Monterey, California in the 1940's. Cannery Row - the section of town where the now closed fish canneries are located - is inhabited primarily by the down and out, although many would not ... See full summary »
A seeming good Samaritan (Debra Winger) hires a private detective (Nolte) to prove a teen sitting in prison on a murder charge is innocent. His investigation discovers deep corruption in a ... See full summary »
Betty has a crush on her tennis coach Mike. He keeps on promising to call, but never does - she doesn't know that he's a little dealer. After a failed deal in someone else's district he has... See full summary »
Grace Quigley is nearing the end of her life, living alone in her New York apartment. One day she witnesses a murder being committed by top hit-man, Seymour Flint. She decides to blackmail ... See full summary »
Kit Le Fever
In 1958, two teenagers take their pride and joy, a hopped-up Chevy, and start a cross-country journey to enter it in the National Championship drag races in California. Along the way they ... See full summary »
An American group of exchange students come to Paris to study the language and culture for a year. The film depicts the various interactions between the students and the instructors, ... See full summary »
David Marshall Grant
"The Grapes of Wrath: We Shall Overcome" is a documentary film authorized by the Estate of Elaine A. Steinbeck. The film explores the legacy and meanings of John Steinbeck's American ... See full summary »
Monterey, California in the 1940's. Cannery Row - the section of town where the now closed fish canneries are located - is inhabited primarily by the down and out, although many would not move away even if they could. Probably the most upstanding citizen in the area is Doc, a marine biologist who earns a living primarily by collecting and selling marine specimens for research. He is a lost soul who is looking for his place in life. He is running away from his past, one where he is trying to make amends for what he considers a past wrong. But his current life isn't totally satisfying either. He believes that his recent collection of eight baby octopi will help him define that future in conducting research on their behavior. However, he is finding that research is not as easy as he had hoped, and that he is still feeling restless. Into the area comes drifter Suzy DeSoto. She too is a lost soul. With few job skills, she gets a job as what she calls a floozy in the local whorehouse, ... Written by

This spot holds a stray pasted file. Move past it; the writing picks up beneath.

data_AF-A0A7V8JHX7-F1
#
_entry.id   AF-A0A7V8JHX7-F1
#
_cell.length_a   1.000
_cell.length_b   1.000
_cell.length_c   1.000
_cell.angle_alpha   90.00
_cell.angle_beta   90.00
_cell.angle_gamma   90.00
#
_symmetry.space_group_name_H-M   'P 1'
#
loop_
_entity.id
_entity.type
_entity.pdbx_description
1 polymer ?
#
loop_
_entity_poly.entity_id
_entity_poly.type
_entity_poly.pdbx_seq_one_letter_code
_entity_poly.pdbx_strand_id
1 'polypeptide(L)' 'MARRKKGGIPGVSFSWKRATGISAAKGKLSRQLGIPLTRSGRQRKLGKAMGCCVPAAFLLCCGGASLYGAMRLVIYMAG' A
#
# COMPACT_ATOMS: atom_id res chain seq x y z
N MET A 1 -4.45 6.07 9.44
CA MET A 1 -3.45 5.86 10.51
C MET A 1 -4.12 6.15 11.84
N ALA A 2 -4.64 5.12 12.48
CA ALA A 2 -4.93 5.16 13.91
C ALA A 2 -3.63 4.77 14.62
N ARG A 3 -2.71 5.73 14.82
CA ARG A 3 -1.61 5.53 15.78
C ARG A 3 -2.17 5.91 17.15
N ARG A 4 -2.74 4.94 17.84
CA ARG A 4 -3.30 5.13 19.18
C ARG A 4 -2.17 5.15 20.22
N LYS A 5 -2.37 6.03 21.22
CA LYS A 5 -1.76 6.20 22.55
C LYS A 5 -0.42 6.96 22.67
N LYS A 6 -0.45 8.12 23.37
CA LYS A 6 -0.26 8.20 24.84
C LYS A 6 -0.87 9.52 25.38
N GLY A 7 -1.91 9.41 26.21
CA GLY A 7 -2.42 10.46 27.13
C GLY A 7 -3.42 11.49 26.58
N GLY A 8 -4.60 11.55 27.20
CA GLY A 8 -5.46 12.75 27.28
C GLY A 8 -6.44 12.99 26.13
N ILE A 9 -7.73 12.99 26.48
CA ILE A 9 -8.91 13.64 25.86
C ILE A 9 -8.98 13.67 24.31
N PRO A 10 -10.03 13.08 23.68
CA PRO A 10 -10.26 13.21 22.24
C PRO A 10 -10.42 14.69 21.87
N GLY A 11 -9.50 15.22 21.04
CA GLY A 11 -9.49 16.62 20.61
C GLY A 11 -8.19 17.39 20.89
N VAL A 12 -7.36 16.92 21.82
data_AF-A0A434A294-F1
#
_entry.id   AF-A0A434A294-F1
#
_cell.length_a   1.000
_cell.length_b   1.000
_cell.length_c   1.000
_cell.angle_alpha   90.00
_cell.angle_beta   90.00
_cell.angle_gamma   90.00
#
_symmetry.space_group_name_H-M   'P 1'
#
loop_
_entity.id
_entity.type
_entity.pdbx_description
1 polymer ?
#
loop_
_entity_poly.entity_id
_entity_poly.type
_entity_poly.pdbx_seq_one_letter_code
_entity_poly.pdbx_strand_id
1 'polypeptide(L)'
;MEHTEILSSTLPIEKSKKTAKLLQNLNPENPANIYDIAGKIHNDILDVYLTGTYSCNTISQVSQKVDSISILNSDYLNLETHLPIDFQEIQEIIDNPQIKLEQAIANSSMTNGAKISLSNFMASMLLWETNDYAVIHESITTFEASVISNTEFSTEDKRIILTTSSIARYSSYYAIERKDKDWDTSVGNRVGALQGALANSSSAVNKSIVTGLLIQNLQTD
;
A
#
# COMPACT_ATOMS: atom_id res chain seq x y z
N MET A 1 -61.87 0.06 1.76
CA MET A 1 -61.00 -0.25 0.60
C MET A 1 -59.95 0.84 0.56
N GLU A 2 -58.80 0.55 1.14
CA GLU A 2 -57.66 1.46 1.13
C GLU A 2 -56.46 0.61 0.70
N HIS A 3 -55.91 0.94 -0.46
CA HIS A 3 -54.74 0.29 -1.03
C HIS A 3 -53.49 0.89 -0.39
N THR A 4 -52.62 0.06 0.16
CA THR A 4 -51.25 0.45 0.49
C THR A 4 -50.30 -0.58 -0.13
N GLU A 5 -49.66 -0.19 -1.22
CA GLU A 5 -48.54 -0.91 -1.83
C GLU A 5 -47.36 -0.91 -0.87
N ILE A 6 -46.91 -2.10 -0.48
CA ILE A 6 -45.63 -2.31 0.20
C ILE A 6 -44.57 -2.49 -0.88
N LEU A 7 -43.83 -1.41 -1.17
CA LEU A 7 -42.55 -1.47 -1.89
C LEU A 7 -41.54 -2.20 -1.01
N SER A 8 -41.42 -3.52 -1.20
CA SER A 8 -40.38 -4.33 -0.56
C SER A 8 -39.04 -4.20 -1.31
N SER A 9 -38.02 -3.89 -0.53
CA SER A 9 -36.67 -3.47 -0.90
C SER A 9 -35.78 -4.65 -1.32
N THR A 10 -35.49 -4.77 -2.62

During the "sick or a busted arm" scene in the Golden Poppy between Suzy and Hazel, the number of ketchup bottles with and without caps changes between shots. See more »
Cannery Row has never been like anywhere else. For one thing, its people are different. When the town died off, most of them failed to notice. Some say nobody would live here if they didn't have to, but there are some, like The Seer, who wouldn't live anywhere else, even if they could. Of all the people on Cannery Row, Doc is probably the best known. He makes as good a living as he needs by collecting marine animals and selling them to colleges and museums. Over the ...
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Even after 23 years I still have the newspaper ad for this movie on my bulletin board. "You don't have to be crazy to live here, but it helps." I love this movie. Of course, it pairs my two favorites, Nick Nolte and Debra Winger. It has the feel of an old time movie, or surreal, as another person commented. The characters are wacky and lovable and the dance scene and the frog hunt are unforgettable. The narration by John Huston is perfect.
Watching Cannery Row is a relaxing, enjoyable way to spend an evening. And I have used Doc's speech to Hazel at least twice -the one about paying for breaking something.
I don't think it is meant to be the retelling of Steinbeck's novel. I read both Cannery Row and Sweet Thursday ....and preferred the movie!!
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